Latest Morning Briefing Stories

In Second Month Of Arkansas’ Work Requirements, Thousands Fail To Report Hours Even Though They Meet Them

KHN Morning Briefing

The beneficiaries have to log hours through other programs, so officials know that they’re meeting them and simply just not reporting them. Critics warned of this scenario before work requirements were instituted because, according to analysts, one in three Medicaid adults never use a computer or the internet and four in ten do not use email. Medicaid news comes out of Ohio, as well.

Administration Optimistic It Can Sidestep Judge’s Ruling On Kentucky Medicaid Work Requirements

KHN Morning Briefing

The judge blocked Kentucky’s attempt to add work requirements to its Medicaid program because officials had failed to consider the estimate that it would cause 95,000 low-income people to lose coverage. Now, Trump administration officials say that if they provide a fuller record showing that they considered the evidence that they’ll be able to move forward.

In Latest Swipe At Health Law, ACO Program That Failed To Save Government Billions Will Be Overhauled

KHN Morning Briefing

Accountable care organizations were set up under the Affordable Care Act with the intention of improving quality and efficiency. But government data shows that they’ve fallen short of the savings that were projected. “After six years of experience, the time has come to put real ‘accountability’ in Accountable Care Organizations,” CMS Administrator Seema Verma said in a statement. “Medicare cannot afford to support programs with weak incentives that do not deliver value.”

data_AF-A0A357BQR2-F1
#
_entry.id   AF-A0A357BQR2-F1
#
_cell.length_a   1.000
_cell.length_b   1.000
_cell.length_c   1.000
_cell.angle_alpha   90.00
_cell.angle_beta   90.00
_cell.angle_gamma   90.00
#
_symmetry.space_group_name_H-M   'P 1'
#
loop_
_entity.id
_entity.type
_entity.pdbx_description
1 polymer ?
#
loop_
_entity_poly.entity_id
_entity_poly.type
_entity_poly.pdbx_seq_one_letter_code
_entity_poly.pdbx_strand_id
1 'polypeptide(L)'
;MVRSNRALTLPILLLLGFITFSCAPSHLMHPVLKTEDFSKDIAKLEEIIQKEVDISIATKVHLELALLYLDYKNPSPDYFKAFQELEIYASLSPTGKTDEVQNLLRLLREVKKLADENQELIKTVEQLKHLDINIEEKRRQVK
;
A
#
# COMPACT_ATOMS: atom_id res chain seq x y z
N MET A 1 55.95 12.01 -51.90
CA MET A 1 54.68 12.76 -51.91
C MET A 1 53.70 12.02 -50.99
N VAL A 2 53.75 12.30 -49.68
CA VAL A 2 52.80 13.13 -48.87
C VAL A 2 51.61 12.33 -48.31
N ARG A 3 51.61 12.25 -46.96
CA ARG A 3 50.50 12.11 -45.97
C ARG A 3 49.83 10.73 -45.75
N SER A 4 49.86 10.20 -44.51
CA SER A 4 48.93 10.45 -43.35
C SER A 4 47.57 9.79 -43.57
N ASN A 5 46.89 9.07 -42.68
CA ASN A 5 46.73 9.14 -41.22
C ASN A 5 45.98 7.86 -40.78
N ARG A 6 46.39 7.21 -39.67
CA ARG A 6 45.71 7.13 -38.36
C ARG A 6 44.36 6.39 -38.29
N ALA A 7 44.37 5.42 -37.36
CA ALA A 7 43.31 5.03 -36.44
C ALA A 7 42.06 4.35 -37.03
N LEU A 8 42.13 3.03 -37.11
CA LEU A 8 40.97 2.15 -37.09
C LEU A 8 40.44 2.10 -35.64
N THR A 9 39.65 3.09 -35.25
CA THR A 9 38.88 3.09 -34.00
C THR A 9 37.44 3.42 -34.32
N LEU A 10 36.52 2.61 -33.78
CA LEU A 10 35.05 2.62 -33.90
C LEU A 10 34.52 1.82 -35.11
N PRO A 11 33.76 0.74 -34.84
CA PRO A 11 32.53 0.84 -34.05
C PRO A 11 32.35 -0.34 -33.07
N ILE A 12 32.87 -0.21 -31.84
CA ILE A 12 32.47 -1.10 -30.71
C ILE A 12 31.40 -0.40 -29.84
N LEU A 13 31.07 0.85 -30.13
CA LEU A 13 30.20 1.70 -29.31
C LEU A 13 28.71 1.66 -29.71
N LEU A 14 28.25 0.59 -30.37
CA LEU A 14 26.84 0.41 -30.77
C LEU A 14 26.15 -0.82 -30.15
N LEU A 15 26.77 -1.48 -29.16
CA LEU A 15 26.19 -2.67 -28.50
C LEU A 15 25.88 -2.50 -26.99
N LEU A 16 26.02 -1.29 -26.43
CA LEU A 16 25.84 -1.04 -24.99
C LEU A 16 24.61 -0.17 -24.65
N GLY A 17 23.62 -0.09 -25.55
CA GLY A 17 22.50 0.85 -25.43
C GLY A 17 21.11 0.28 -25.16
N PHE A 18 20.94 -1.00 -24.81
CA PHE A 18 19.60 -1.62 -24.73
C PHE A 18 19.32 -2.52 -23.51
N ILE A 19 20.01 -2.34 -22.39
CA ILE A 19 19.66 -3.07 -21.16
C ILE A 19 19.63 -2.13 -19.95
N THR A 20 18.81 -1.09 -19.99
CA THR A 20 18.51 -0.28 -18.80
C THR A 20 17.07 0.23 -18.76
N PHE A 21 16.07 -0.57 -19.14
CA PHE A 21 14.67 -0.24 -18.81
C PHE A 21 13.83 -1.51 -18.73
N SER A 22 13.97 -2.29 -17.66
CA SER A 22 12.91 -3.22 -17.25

Confusion, Worry Plague States As They Try To Navigate Federal Rule On Association Health Plans

KHN Morning Briefing

State insurance regulators are also concerned that the Labor Department won’t provide guidance on how much regulatory authority the states have. In other health law news: a lawmaker wants details about information on Medicare that was removed from a website; proposed rates continue to come out of states; and the Connecticut insurance commissioners is asked to ban short-term health coverage.

Bipartisan Majority Knocks Down Cruz’s Attempt To Kill D.C.’s Version Of Individual Mandate

KHN Morning Briefing

Following the defeat of the measure, Mayor Muriel Bowser said, “Senator Ted Cruz — who otherwise loathes federal government intrusion — launched the most recent attempt to undermine the will of Washingtonians, and we are grateful that a bipartisan majority in the Senate tabled his amendment.” News on the health law comes out of Missouri and Illinois also.